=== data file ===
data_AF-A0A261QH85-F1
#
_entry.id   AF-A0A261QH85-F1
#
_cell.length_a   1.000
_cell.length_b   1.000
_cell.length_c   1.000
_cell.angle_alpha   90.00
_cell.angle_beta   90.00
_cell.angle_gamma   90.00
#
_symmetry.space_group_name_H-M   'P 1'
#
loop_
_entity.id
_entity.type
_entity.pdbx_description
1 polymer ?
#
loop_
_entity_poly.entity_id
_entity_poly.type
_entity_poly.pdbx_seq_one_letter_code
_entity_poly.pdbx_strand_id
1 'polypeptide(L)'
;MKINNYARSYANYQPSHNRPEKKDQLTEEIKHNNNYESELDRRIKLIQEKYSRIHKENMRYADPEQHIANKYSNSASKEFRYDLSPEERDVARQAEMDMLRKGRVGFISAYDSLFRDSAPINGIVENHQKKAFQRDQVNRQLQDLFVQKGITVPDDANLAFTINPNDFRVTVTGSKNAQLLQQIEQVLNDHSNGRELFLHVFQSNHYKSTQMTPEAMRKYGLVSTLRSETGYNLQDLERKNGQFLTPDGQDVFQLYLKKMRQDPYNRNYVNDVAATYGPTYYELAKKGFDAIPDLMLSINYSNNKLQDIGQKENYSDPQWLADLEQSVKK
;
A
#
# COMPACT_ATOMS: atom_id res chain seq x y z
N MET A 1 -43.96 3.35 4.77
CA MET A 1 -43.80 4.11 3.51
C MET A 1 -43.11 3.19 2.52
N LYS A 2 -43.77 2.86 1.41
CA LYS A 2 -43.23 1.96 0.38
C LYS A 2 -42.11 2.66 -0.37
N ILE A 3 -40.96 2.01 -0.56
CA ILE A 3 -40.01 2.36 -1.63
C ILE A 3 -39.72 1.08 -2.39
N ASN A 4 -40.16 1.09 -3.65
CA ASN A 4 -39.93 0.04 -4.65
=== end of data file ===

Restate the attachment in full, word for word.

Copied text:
data_AF-A0A261QH85-F1
#
_entry.id   AF-A0A261QH85-F1
#
_cell.length_a   1.000
_cell.length_b   1.000
_cell.length_c   1.000
_cell.angle_alpha   90.00
_cell.angle_beta   90.00
_cell.angle_gamma   90.00
#
_symmetry.space_group_name_H-M   'P 1'
#
loop_
_entity.id
_entity.type
_entity.pdbx_description
1 polymer ?
#
loop_
_entity_poly.entity_id
_entity_poly.type
_entity_poly.pdbx_seq_one_letter_code
_entity_poly.pdbx_strand_id
1 'polypeptide(L)'
;MKINNYARSYANYQPSHNRPEKKDQLTEEIKHNNNYESELDRRIKLIQEKYSRIHKENMRYADPEQHIANKYSNSASKEFRYDLSPEERDVARQAEMDMLRKGRVGFISAYDSLFRDSAPINGIVENHQKKAFQRDQVNRQLQDLFVQKGITVPDDANLAFTINPNDFRVTVTGSKNAQLLQQIEQVLNDHSNGRELFLHVFQSNHYKSTQMTPEAMRKYGLVSTLRSETGYNLQDLERKNGQFLTPDGQDVFQLYLKKMRQDPYNRNYVNDVAATYGPTYYELAKKGFDAIPDLMLSINYSNNKLQDIGQKENYSDPQWLADLEQSVKK
;
A
#
# COMPACT_ATOMS: atom_id res chain seq x y z
N MET A 1 -43.96 3.35 4.77
CA MET A 1 -43.80 4.11 3.51
C MET A 1 -43.11 3.19 2.52
N LYS A 2 -43.77 2.86 1.41
CA LYS A 2 -43.23 1.96 0.38
C LYS A 2 -42.11 2.66 -0.37
N ILE A 3 -40.96 2.01 -0.56
CA ILE A 3 -40.01 2.36 -1.63
C ILE A 3 -39.72 1.08 -2.39
N ASN A 4 -40.16 1.09 -3.65
CA ASN A 4 -39.93 0.04 -4.65